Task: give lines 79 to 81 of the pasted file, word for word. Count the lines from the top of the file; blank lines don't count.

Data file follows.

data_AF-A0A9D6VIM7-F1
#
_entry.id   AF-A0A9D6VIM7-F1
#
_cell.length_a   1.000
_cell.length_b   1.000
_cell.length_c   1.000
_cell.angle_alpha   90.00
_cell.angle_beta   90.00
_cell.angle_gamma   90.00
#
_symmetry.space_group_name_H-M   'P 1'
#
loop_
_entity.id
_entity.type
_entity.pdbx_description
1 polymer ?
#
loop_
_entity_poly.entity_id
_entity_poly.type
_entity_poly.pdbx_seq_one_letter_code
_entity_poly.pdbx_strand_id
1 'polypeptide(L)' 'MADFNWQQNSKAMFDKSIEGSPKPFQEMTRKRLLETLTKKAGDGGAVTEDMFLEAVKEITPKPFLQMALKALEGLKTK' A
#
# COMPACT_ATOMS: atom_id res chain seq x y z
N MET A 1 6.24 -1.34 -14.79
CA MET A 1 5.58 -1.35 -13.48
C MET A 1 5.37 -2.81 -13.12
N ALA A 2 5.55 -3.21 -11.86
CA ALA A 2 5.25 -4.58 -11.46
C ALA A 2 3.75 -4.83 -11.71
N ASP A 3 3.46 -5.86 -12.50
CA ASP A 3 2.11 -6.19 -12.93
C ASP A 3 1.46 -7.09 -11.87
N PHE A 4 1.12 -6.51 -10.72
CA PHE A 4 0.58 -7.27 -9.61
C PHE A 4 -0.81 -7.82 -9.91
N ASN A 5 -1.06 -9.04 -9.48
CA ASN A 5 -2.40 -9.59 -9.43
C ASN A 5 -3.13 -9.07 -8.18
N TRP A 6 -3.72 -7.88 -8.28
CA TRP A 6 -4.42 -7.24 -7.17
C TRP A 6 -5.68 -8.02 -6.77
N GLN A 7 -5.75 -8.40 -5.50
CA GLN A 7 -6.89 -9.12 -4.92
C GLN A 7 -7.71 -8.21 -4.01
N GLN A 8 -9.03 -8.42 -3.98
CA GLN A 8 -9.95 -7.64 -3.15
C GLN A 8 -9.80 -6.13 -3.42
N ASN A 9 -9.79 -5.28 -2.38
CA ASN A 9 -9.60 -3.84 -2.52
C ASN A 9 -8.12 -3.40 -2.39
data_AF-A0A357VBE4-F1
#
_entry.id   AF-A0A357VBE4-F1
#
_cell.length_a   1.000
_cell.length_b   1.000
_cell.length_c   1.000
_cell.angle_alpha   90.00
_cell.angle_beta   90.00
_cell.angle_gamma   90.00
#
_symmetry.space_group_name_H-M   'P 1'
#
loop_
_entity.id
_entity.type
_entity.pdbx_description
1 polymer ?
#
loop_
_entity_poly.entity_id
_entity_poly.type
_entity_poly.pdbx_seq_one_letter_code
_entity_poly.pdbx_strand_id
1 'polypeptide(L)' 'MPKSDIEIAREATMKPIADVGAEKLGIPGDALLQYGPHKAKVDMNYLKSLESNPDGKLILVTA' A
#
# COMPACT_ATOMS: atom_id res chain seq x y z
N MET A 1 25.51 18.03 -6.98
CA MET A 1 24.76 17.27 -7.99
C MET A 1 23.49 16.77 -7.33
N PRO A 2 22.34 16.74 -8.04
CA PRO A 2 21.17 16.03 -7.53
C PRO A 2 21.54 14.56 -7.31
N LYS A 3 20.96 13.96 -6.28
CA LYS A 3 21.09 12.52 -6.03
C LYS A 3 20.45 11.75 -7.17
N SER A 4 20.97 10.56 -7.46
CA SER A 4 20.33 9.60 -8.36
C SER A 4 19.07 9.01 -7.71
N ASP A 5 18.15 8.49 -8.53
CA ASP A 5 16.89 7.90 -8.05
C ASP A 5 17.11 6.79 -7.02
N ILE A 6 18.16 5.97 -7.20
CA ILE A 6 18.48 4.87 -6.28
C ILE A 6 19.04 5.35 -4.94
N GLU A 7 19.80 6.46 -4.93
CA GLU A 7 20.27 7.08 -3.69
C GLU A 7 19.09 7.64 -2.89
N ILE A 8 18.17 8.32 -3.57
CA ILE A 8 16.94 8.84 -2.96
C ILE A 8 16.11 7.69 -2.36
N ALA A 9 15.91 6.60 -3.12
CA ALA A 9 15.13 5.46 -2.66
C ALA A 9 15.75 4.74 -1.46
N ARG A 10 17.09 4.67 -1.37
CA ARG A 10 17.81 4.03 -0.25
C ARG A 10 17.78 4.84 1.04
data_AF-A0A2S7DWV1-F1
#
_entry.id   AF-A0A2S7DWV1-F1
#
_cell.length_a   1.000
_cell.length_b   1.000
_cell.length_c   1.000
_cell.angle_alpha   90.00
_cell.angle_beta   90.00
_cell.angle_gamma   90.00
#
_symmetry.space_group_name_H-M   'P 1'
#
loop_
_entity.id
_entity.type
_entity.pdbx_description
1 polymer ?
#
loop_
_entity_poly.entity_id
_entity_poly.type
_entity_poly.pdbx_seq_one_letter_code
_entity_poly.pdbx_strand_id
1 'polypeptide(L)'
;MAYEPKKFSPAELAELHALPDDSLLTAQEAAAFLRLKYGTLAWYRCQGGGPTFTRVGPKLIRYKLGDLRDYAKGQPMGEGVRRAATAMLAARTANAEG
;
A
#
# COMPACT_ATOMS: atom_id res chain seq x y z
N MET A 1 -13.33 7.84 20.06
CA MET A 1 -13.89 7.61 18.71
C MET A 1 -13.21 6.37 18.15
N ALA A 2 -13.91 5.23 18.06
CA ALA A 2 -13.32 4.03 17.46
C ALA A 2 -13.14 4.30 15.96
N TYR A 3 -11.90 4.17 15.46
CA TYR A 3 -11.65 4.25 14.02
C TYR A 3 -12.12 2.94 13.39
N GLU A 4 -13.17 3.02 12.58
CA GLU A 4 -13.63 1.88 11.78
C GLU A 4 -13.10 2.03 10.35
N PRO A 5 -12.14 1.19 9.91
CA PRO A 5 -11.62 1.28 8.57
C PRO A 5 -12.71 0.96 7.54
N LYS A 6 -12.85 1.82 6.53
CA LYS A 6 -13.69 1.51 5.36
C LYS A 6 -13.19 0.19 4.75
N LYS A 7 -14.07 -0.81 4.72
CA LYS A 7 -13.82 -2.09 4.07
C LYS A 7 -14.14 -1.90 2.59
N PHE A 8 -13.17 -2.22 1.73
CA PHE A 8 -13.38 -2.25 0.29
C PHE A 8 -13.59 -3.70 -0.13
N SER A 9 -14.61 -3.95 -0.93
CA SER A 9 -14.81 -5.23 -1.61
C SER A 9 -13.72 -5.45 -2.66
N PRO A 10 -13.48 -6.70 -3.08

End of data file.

1 'polypeptide(L)' 'MPKSDIEIAREATMKPIADVGAEKLGIPGDALLQYGPHKAKVDMNYLKSLESNPDGKLILVTA' A
#
# COMPACT_ATOMS: atom_id res chain seq x y z